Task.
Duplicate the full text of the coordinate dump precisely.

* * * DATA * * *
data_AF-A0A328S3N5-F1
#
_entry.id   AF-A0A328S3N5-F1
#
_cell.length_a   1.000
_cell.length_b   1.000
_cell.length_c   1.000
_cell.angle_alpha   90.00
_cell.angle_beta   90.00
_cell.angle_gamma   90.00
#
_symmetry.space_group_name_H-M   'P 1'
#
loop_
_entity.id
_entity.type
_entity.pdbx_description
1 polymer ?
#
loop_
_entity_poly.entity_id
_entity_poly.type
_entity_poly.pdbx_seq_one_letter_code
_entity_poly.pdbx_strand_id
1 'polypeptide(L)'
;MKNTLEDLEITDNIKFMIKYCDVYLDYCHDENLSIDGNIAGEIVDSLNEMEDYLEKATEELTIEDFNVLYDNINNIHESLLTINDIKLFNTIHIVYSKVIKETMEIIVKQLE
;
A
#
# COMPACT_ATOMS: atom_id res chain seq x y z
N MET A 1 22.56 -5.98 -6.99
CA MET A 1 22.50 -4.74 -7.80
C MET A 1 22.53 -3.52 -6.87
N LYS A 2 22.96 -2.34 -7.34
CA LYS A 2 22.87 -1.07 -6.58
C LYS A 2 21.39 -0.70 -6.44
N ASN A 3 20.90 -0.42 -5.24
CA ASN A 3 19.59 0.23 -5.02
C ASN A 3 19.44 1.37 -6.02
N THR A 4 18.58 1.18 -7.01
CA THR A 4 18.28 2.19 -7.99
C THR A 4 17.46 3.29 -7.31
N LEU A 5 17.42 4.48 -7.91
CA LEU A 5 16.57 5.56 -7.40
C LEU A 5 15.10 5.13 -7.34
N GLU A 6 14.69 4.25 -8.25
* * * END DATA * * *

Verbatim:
data_AF-A0A328S3N5-F1
#
_entry.id   AF-A0A328S3N5-F1
#
_cell.length_a   1.000
_cell.length_b   1.000
_cell.length_c   1.000
_cell.angle_alpha   90.00
_cell.angle_beta   90.00
_cell.angle_gamma   90.00
#
_symmetry.space_group_name_H-M   'P 1'
#
loop_
_entity.id
_entity.type
_entity.pdbx_description
1 polymer ?
#
loop_
_entity_poly.entity_id
_entity_poly.type
_entity_poly.pdbx_seq_one_letter_code
_entity_poly.pdbx_strand_id
1 'polypeptide(L)'
;MKNTLEDLEITDNIKFMIKYCDVYLDYCHDENLSIDGNIAGEIVDSLNEMEDYLEKATEELTIEDFNVLYDNINNIHESLLTINDIKLFNTIHIVYSKVIKETMEIIVKQLE
;
A
#
# COMPACT_ATOMS: atom_id res chain seq x y z
N MET A 1 22.56 -5.98 -6.99
CA MET A 1 22.50 -4.74 -7.80
C MET A 1 22.53 -3.52 -6.87
N LYS A 2 22.96 -2.34 -7.34
CA LYS A 2 22.87 -1.07 -6.58
C LYS A 2 21.39 -0.70 -6.44
N ASN A 3 20.90 -0.42 -5.24
CA ASN A 3 19.59 0.23 -5.02
C ASN A 3 19.44 1.37 -6.02
N THR A 4 18.58 1.18 -7.01
CA THR A 4 18.28 2.19 -7.99
C THR A 4 17.46 3.29 -7.31
N LEU A 5 17.42 4.48 -7.91
CA LEU A 5 16.57 5.56 -7.40
C LEU A 5 15.10 5.13 -7.34
N GLU A 6 14.69 4.25 -8.25